2007
(your 2007 Form 8606, line 22, was less than line 19 of that Form 8606)
The excess, if any, of your 2007 Form 8606, line 24, over line 232 of that Form 8606. Line 16 of your 2008 through 2016 Forms 8606; line 21 of your 2010 Form 86064; and certain rollovers3 reported on your 2008, 2009, and 2011 through 2016 tax returns.
2006
(your 2006 Form 8606, line 22, was less than line 19 of that Form 8606)
The excess, if any, of your 2006 Form 8606, line 24, over line 232 of that Form 8606. Line 16 of your 2007 through 2016 Forms 8606; line 21 of your 2010 Form 86064; and certain rollovers3 reported on your 2008, 2009, and 2011 through 2016 tax returns.
2005
(your 2005 Form 8606, line 22, was less than line 19 of that Form 8606)
The excess, if any, of your 2005 Form 8606, line 24, over line 232 of that Form 8606. Line 16 of your 2006 through 2016 Forms 8606; line 21 of your 2010 Form 86064; and certain rollovers3 reported on your 2008, 2009, and 2011 through 2016 tax returns.
1. Excluding rollovers, recharacterizations, and contributions that you had returned to you.
2. Refigure line 23 without taking into account any amount entered on Form 8606, line 20.
3. Amounts rolled over from qualified retirement plans to Roth IRAs from your Form 1040, line 16a; Form 1040A, line 12a; or Form 1040NR, line 17a.
4. Don’t include any in-plan Roth rollovers entered on line 21.
Continued on next page.

Basis in Roth IRA Conversions and Rollovers From Qualified Retirement Plans to Roth IRAs—Line 24 (continued)

IF the most recent year prior to 2016 in which you had a distribution1 in excess of your basis in contributions was THEN enter on Form 8606, line 24, this amount PLUS the sum of the amounts on the following lines
2004
(your 2004 Form 8606, line 22, was less than line 19 of that Form 8606)
The excess, if any, of your 2004 Form 8606, line 24, over line 232 of that Form 8606. Line 16 of your 2005 through 2016 Forms 8606; line 21 of your 2010 Form 86064; and certain rollovers3 reported on your 2008, 2009, and 2011 through 2016 tax returns.
2003
(you had an amount on your 2003 Form 8606, line 21)
The excess, if any, of your 2003 Form 8606, line 22, over line 21 of that Form 8606. Line 16 of your 2004 through 2016 Forms 8606; line 21 of your 2010 Form 86064; and certain rollovers3 reported on your 2008, 2009, and 2011 through 2016 tax returns.
2002
(you had an amount on your 2002 Form 8606, line 21)
The excess, if any, of your 2002 Form 8606, line 22, over line 21 of that Form 8606. Line 16 of your 2003 through 2016 Forms 8606; line 21 of your 2010 Form 86064; and certain rollovers3 reported on your 2008, 2009, and 2011 through 2016 tax returns.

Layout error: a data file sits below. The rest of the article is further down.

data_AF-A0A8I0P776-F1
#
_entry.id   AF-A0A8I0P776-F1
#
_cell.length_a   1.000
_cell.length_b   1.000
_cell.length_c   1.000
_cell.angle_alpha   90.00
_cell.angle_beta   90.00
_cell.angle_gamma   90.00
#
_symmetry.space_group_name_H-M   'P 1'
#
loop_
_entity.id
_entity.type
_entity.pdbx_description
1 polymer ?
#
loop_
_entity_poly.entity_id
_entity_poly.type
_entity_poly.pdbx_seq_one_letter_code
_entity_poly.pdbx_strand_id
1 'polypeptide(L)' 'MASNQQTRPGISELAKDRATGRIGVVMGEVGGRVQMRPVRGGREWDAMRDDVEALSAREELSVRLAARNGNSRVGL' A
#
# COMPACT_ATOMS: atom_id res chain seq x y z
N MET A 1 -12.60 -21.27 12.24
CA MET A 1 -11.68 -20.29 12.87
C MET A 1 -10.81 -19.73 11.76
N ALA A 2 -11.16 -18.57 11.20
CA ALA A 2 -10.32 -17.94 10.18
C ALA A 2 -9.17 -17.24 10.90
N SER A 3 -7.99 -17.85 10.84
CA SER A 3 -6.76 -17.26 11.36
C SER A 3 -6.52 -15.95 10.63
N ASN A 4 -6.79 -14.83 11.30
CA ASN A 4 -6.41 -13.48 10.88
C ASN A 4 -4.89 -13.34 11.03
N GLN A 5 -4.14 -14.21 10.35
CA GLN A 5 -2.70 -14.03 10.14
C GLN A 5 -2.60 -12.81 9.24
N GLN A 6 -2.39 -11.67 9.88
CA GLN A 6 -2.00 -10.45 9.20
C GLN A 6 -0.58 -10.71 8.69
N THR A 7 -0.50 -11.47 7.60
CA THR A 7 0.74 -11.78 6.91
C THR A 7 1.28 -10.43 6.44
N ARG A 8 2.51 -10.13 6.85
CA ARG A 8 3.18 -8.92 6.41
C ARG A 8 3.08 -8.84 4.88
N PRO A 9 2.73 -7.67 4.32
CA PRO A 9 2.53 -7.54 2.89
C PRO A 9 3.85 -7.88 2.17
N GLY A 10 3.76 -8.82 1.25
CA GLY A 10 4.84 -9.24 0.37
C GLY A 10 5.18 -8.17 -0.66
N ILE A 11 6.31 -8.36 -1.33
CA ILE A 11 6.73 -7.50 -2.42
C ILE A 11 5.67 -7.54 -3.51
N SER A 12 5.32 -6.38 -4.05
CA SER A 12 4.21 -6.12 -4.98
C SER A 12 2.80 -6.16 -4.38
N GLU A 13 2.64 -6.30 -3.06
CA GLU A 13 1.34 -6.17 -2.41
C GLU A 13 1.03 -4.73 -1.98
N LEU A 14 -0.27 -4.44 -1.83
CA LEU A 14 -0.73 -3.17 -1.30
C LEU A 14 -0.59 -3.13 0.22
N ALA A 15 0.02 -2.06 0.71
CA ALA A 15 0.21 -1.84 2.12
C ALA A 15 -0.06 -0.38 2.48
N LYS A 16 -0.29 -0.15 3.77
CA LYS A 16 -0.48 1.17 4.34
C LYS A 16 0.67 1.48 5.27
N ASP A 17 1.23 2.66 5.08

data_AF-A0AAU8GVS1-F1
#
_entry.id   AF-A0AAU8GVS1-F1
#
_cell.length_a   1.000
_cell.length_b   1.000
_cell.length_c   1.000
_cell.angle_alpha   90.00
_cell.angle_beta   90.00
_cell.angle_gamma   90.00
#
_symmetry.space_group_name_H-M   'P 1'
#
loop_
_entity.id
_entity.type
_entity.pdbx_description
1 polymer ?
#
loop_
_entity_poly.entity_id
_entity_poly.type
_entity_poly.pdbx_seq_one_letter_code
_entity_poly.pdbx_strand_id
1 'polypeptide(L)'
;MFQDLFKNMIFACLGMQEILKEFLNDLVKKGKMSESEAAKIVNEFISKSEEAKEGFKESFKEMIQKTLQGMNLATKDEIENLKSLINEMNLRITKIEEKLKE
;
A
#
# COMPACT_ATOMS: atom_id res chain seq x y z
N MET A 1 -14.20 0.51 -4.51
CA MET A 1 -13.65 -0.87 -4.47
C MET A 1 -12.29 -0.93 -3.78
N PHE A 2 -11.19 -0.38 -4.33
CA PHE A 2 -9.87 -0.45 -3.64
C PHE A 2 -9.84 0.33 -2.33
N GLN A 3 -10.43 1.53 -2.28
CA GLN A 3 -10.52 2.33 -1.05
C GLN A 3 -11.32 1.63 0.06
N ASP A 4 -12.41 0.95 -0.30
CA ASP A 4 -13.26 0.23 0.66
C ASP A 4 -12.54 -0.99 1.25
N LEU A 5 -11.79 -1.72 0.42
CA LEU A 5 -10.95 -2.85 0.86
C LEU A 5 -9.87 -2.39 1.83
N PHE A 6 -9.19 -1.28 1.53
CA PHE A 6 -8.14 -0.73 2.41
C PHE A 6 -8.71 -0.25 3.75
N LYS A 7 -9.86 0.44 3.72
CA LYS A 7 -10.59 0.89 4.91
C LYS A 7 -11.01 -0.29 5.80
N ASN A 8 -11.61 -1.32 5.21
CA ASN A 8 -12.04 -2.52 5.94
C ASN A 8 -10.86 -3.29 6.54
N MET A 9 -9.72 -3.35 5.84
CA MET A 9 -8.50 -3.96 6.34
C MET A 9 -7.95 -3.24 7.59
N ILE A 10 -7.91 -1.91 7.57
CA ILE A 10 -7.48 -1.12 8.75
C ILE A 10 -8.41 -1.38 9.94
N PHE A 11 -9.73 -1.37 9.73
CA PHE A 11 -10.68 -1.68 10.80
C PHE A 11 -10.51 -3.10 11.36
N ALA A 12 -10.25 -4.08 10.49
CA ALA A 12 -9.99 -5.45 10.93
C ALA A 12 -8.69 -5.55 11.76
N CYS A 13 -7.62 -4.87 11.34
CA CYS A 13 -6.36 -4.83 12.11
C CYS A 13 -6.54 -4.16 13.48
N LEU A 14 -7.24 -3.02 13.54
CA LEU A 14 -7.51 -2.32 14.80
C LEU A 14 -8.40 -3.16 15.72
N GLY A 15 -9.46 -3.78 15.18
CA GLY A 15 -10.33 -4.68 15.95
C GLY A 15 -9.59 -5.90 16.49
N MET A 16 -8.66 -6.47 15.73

2001
(you had an amount on your 2001 Form 8606, line 21)
The excess, if any, of your 2001 Form 8606, line 22, over line 21 of that Form 8606. Line 16 of your 2002 through 2016 Forms 8606; line 21 of your 2010 Form 86064; and certain rollovers3 reported on your 2008, 2009, and 2011 through 2016 tax returns.
2000
(you had an amount on your 2000 Form 8606, line 19)
The excess, if any, of your 2000 Form 8606, line 25, over line 19 of that Form 8606. Line 16 of your 2001 through 2016 Forms 8606; line 21 of your 2010 Form 86064; and certain rollovers3 reported on your 2008, 2009, and 2011 through 2016 tax returns.
1999
(you had an amount on your 1999 Form 8606, line 19)
The excess, if any, of your 1999 Form 8606, line 25, over line 19 of that Form 8606. Line 14c of your 2000 Form 8606; Line 16 of your 2001 through 2016 Forms 8606; line 21 of your 2010 Form 86064; and certain rollovers3 reported on your 2008, 2009, and 2011 through 2016 tax returns.
1998
(you had an amount on your 1998 Form 8606, line 20)
The excess, if any, of your 1998 Form 8606, line 14c, over line 20 of that Form 8606. Line 14c of your 1999 and 2000 Forms 8606; line 16 of your 2001 through 2016 Forms 8606; line 21 of your 2010 Form 86064; and certain rollovers3 reported on your 2008, 2009, and 2011 through 2016 tax returns.
Didn’t have such a distribution in excess of your basis in contributions The amount from your 2016 Form 8606, line 16 Line 14c of your 1998 through 2000 Forms 8606; line 16 of your 2001 through 2015 Forms 8606; line 21 of your 2010 Form 86064; and certain rollovers3 reported on your 2008, 2009, and 2011 through 2016 tax returns.
1. Excluding rollovers, recharacterizations, and contributions that you had returned to you.
2. Refigure line 23 without taking into account any amount entered on Form 8606, line 20.
3. Amounts rolled over from qualified retirement plans to Roth IRAs from your Form 1040, line 16a; Form 1040A, line 12a; or Form 1040NR, line 17a.
4. Don’t include any in-plan Roth rollovers entered on line 21.